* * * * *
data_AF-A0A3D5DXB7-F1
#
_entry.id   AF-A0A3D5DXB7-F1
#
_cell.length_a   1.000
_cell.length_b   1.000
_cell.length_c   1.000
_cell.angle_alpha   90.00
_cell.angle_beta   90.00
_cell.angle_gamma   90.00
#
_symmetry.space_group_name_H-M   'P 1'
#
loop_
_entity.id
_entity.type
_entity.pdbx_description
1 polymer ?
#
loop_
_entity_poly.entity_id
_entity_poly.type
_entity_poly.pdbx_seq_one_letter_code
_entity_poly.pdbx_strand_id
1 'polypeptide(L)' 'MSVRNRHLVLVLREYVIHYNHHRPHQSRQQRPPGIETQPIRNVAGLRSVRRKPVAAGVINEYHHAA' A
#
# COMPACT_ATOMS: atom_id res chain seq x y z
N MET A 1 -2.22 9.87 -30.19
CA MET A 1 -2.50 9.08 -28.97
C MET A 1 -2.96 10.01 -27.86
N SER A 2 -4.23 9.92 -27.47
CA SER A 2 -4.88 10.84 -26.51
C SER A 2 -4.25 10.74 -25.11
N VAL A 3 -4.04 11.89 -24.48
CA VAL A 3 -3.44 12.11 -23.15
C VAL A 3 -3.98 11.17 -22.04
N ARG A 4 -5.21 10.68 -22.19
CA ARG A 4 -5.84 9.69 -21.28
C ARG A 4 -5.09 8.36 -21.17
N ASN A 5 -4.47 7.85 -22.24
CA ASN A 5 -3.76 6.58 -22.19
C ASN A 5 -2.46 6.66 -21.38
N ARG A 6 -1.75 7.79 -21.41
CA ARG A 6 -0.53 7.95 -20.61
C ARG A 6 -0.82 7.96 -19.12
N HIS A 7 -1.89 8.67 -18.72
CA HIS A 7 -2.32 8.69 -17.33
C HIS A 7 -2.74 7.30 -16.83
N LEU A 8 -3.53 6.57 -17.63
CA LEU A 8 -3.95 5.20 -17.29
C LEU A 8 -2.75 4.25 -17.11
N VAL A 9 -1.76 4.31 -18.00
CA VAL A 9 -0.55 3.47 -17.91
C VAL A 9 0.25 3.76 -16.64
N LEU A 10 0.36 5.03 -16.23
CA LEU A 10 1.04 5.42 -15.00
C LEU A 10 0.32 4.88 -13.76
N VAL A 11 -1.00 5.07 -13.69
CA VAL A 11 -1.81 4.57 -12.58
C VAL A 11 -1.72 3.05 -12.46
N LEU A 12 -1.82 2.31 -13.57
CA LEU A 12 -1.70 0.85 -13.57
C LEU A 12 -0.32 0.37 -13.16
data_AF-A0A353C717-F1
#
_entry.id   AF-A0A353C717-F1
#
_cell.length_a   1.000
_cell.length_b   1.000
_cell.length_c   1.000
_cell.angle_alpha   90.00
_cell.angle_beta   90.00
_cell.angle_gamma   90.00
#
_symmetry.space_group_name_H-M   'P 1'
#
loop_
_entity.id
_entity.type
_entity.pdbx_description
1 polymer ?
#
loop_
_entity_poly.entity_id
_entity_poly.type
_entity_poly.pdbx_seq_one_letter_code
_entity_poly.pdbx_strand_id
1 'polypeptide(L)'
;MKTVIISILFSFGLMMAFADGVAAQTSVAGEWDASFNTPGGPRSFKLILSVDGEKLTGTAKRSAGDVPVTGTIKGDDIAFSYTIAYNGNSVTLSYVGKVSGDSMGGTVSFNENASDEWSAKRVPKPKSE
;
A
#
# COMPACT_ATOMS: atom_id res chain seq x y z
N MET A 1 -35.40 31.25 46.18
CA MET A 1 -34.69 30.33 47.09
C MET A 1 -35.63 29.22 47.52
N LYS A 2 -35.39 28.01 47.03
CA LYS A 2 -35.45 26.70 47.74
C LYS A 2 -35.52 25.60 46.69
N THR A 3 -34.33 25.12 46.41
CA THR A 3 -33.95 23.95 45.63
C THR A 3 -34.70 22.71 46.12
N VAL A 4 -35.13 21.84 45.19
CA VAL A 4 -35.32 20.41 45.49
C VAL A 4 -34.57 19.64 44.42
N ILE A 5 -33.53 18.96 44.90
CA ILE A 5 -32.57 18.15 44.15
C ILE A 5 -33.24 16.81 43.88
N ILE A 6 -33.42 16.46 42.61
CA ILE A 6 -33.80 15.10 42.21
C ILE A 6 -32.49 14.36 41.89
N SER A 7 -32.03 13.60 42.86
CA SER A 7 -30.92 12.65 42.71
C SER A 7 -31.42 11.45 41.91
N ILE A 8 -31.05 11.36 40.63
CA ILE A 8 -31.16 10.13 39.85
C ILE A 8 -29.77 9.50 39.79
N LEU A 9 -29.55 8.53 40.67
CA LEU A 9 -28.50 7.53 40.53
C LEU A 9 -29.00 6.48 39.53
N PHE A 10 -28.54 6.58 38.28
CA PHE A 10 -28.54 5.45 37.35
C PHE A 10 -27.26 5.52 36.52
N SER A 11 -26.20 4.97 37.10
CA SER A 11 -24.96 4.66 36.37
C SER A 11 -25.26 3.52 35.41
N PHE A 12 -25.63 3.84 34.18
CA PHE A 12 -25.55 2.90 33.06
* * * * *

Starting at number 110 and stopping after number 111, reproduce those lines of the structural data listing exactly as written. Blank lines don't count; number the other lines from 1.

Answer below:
CA ILE A 6 -33.80 15.10 42.21
C ILE A 6 -32.49 14.36 41.89